I am almost 50 years old. I thought I had settled into myself a long time ago. Yet I find that I am now at least as insecure as I was as a teenager, if not more so. I’m going through another adolescence, zits and all. It’s as painful as the first one was.
It’s taken me a few months to formulate this clearly but I think I have it now: I’m changing my body to make it feel more natural to me. That part is easy and it feels utterly right. The hard part, the part that makes me anxious, is the social transition.The idea that suddenly I have to “be a man.” That part scares the crap out of me.
I can’t have spent 49 years as a woman and then suddenly turn into whatever it is I think that a man is. I don’t have a lifetime of male socialization behind me to support that change. Yes, I see myself in a male body and have presented, for my entire life, on the masculine side of the spectrum, but I have always claimed the privilege of femaleness. Let’s face it: When I get a flat tire, I call the Triple A. I’ve never had to prove myself in a fight, on a ball field, or with a machine. I know these are stereotypes but they capture my feeling that I lack the masculine experiences that turn boys into men. Therefore I am not a man and I never will be; it’s just too late for that. That’s my truth. I can’t speak for anyone else.
A few months ago, when I first decided to change my body, I had some unrealistic expectations about how long it would take. I thought that I could begin the process over summer break and return to teaching in the Fall looking significantly different – different enough to identify and present myself as male. I figured that between the testosterone and the top surgery, the summer break would have created enough space for me to return to campus and have people see me as male. So I went ahead and changed my pronouns and my name and started living openly as a transman.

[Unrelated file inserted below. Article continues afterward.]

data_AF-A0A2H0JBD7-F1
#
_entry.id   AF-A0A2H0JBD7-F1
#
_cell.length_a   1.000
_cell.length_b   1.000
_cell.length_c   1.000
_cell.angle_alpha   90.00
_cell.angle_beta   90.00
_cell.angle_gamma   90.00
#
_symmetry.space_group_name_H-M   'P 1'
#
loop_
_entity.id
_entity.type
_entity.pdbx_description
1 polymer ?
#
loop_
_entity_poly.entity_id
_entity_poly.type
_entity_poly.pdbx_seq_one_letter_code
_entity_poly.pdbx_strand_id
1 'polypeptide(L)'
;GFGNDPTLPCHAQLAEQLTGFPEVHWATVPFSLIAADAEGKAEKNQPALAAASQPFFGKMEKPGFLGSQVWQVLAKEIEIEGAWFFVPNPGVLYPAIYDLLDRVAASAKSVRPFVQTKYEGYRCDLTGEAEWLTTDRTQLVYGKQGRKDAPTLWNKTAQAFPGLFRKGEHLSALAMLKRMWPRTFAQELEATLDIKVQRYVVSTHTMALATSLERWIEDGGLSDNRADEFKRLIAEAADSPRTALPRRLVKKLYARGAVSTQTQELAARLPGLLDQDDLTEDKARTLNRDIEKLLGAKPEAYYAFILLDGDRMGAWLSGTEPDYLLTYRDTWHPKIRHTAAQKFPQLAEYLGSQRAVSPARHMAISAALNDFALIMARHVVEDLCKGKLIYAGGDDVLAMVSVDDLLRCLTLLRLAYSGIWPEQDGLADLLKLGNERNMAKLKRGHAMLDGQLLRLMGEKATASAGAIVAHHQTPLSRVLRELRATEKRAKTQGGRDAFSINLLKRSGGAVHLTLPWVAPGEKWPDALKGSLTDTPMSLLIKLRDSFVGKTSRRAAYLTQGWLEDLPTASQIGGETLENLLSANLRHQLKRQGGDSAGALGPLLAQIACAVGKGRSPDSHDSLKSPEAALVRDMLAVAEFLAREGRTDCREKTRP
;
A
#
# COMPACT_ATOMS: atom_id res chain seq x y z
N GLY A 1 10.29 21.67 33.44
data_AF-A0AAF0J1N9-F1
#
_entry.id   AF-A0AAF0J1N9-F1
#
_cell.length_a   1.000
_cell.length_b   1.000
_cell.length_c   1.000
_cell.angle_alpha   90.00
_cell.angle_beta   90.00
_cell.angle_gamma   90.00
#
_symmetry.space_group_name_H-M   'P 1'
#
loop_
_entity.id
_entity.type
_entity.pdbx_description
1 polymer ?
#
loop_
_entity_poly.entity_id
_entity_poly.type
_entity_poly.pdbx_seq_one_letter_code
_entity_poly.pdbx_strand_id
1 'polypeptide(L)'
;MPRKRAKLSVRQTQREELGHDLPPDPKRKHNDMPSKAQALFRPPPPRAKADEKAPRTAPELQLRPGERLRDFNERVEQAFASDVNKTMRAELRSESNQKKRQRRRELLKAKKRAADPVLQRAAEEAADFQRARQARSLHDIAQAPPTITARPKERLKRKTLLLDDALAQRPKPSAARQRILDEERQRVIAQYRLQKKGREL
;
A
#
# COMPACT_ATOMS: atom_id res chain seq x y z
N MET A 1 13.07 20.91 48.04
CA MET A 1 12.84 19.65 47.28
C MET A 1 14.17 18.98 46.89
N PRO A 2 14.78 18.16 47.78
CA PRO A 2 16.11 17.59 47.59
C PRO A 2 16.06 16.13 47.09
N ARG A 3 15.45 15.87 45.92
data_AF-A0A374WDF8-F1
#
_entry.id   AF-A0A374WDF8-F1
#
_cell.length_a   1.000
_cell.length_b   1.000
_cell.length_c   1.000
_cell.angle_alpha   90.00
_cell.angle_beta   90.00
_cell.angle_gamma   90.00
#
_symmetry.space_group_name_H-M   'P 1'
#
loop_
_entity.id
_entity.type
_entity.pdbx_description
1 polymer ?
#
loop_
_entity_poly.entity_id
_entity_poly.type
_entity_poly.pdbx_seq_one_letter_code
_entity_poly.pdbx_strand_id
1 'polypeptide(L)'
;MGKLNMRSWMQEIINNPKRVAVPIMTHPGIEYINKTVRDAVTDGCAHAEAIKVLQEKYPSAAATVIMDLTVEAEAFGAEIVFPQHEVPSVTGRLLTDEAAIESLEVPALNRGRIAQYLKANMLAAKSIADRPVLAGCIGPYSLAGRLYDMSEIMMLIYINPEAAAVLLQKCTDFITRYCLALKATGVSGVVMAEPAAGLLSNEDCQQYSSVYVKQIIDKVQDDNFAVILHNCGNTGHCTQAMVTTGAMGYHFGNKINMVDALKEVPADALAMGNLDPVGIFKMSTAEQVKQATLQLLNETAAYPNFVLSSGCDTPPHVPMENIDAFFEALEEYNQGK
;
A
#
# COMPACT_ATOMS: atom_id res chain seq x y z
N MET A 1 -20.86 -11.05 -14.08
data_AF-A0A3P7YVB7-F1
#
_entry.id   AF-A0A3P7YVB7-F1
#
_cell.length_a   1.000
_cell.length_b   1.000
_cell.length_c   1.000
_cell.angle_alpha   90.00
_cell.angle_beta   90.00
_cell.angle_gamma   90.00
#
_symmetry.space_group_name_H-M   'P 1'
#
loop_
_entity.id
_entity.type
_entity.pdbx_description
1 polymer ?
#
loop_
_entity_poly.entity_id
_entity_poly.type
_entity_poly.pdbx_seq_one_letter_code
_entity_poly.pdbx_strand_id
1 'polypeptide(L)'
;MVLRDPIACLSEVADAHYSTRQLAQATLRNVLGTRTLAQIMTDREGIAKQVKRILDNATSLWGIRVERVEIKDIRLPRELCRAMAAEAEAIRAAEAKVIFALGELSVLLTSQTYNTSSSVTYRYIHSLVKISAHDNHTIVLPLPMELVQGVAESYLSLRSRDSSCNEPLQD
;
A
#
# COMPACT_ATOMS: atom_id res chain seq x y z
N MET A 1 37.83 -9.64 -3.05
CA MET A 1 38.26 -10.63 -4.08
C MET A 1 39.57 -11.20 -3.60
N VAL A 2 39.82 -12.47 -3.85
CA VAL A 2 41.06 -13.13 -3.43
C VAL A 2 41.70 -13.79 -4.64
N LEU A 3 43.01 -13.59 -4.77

I returned to work a few months later, still looking decidedly like a butch lesbian. I feel like a fool. If I had it to do again, I would wait to come out until my body had changed significantly enough for people to start really wondering what was going on. But alas, I changed my mind a very long time before my body was ready to follow. So here I am, looking like the masculine woman I’ve been seen as all my life and struggling desperately to present as male.
It’s a public battle. I have an audience of hundreds bearing witness to my awkwardness – my students. They see me getting used to myself, slipping up with my own pronouns, while I bumble about crafting my own modified version of male identity. They’re curious. They want a narrative, an explanation, an interview, an insight. Some of them, students of psychology, want to discuss gender dysphoria as a mental illness. Some of them, student journalists, want to write a feature about me.
I feel like a curiosity. An item of campus gossip. A role model. A hero. You name it.
I have nothing to give them. I have no answers yet, not even for myself. I only have questions. Like: Will I ever get enough facial hair to pass convincingly as a man? Like: If one day I find myself alone again, will anyone else ever love me? These things keep me awake at night.
In the meantime, my voice drops. My armpits stink. Welcome to being a dude, bro.